Van Berlo B.V. Van Berlo B.V.

No more cracked floors

2 January 2024

No more cracked floors

Concrete mix designed on the cutting edge of technology

Concrete isn’t affected by shrinkage cracks and requires much less CO₂ with the optimal spacing between the sand grains and gravel aggregates. It comes down to precise measuring, fitting, and some secret ingredients. Van Berlo came up with a revolutionary method to achieve this. The concrete mixers that arrive on site carrying the innovative mixture can’t go straight to the concrete pump. Their first stop is the mobile laboratory for quality control, where Van Berlo’s concrete specialists meticulously dose various admixtures to give the mixture the right properties. A bit of mixing in the mixer’s drum and the concrete mortar is ready for pouring. “It takes some extra work, but gives you superflat floors without any cracks”, says Nick Vervoort, head of R&D at Van Berlo. “We can also achieve up to a 50 per cent reduction in CO₂ emissions by using less cement and rebar. That ticks all the boxes for the large industrial floors for which we developed this innovation.”


When it comes to sustainability, there is still a world to be won in the concrete mortar industry and Van Berlo did not want to lie around for others to do it for them. So, in 2017, the specialist in logistics concrete floors teamed up with TU Eindhoven on a five-year research project to do away with a chronic problem in concrete: crack formation. After the research project ended, the company took the next step by setting up its own R&D department with concrete technologists and a concrete laboratory. This resulted in a cutting-edge technology that has already been applied in several major reference projects.

The secret behind Van Berlo’s innovation is the sophisticated analysis method that uses laser diffraction. This high-tech analysis employs static light scattering to reveal the concrete composition down to powder level. It allows you to measure down to the tiniest detail which aggregate diameters a particular powder consists of. By including these findings in a so-called aggregate packing model, you can develop a concrete recipe that fills the voids between the sand and gravel aggregates with precisely the right powders, resulting in a dense structure that requires considerably less cement to glue the aggregates together. Above all, the mixture hardly shrinks when it is curing. That’s important because this is precisely what causes cracks.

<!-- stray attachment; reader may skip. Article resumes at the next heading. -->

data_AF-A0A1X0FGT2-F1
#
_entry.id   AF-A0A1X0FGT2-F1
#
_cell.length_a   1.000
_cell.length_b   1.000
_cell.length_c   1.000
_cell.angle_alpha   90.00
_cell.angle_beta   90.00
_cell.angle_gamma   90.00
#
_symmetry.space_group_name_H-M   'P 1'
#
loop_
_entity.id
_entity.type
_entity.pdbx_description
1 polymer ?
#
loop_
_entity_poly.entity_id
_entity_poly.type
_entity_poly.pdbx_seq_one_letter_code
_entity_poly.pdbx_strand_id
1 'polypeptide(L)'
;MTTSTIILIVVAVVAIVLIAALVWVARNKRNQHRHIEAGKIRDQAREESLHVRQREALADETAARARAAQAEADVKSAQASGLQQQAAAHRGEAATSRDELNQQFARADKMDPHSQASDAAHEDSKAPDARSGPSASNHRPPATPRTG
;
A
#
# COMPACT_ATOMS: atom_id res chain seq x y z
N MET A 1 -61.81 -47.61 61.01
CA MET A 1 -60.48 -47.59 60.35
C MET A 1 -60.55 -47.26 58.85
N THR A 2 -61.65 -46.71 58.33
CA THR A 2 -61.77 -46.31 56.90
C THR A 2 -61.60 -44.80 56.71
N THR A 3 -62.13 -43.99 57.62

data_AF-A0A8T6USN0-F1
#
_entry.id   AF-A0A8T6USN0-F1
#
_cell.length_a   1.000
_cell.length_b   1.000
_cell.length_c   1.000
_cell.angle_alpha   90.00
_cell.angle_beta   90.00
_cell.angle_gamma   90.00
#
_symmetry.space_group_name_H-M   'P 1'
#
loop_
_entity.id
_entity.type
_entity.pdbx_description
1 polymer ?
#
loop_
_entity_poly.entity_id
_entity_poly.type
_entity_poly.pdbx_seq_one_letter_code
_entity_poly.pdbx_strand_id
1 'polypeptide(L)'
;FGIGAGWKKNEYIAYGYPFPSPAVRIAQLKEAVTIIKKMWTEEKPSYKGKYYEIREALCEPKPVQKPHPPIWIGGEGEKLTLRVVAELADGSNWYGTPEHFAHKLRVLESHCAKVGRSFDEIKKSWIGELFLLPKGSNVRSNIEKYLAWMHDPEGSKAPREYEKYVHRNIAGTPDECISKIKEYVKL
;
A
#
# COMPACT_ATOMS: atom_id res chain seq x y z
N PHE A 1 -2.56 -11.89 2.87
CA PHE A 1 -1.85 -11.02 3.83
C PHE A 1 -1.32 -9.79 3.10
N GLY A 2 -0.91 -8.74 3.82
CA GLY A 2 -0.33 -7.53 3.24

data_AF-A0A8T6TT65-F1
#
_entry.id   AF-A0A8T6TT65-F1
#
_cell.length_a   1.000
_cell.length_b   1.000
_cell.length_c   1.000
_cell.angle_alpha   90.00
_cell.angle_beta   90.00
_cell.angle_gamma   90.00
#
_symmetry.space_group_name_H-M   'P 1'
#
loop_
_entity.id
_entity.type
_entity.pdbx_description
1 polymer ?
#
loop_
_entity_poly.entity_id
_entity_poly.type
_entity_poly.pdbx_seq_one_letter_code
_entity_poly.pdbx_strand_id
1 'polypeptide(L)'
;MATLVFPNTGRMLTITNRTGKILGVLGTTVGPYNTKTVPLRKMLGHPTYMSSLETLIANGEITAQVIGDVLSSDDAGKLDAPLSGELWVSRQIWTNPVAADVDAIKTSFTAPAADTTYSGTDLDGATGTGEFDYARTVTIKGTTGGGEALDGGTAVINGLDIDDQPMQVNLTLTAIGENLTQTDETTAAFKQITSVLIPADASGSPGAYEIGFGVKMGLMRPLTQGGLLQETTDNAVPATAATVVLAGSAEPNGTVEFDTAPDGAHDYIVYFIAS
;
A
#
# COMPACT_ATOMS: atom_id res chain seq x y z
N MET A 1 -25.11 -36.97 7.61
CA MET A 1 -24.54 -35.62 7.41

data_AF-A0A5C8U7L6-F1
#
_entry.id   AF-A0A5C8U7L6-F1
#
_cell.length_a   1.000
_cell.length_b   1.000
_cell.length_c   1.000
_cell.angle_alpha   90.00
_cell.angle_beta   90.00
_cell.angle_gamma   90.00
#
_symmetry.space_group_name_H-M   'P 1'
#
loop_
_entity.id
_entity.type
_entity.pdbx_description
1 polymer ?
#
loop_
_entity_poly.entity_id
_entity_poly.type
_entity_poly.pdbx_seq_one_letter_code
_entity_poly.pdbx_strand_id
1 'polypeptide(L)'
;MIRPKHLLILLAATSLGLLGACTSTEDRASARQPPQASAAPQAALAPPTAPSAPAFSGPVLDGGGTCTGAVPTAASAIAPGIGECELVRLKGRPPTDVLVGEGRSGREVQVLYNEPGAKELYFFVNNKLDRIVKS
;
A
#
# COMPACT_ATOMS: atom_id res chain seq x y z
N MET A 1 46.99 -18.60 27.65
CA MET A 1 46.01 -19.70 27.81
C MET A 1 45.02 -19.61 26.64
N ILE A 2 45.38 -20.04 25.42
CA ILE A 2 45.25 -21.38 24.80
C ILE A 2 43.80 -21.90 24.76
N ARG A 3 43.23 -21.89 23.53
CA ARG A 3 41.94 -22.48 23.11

Especially in large, jointless industrial floors, you need a lot of extra reinforcement to manage shrinkage cracks. Low water content and the use of special admixtures further reduce shrinkage behaviour. The exact composition remains our secret weapon. Using aggregate packing models isn’t new to concrete plants. But they definitely don’t go as far as Van Berlo. “Most concrete plants stop measuring aggregate diameters when they reach the size of sand grains. We go down to the powder particles”, says Vervoort. “That’s why we don’t need much cement to fill all those microcavities.” In standard industrial floor mixes, about 350 kilos of cement goes in per cubic metre. Van Berlo needs just 260 kilos. So a quarter less. Only a small percentage of that is Portland cement, the rest is blast furnace slag. Because there’s no shrinkage, you need less reinforcement. The floor is also roughly a centimetre thinner, which adds up to a substantial CO₂ reduction.


The amount of cement could be reduced even further if regulations weren’t a restricting factor. 260 kilos per cubic metre is in fact the prescribed minimum for indoor flooring. If you go below that, you have to go through a separate testing procedure for every new floor. It’s also – still – a problem when working with geopolymer concrete.

Doesn’t the low water content in the optimised concrete mix affect the processing capability? This was true in the initial tests, but further development made the mixture less sticky. Still, applying it in practice on building sites remains challenging. The Van Berlo mixture doesn’t have the usual buffers for absorbing temperature fluctuations and moisture ingress, for example from rain pouring down on sand and gravel storage. “Conventional concrete mixtures can withstand that, but ours is designed to be on the cutting edge”, says Vervoort. “That’s why we inspect it on site. The information is then used to customise the ‘base concrete’ that was designed in the concrete plant.”

The floor does become slightly more expensive per square metre, depending on the cracking and CO₂ reduction required. This is due to using admixtures and the extra operations that are involved. Van Berlo is therefore working on automating the process. The ideal machine will be able to perform sensor measurements and independently add the required admixtures. “This does come at a cost”, admits Vervoort. “Our logistics floors are ‘Champions League-level’ floors in terms of concrete. This innovation means that expensive crack repairs are a thing of the past. In the end it’s not just the price that matters, but the yield per square metre.”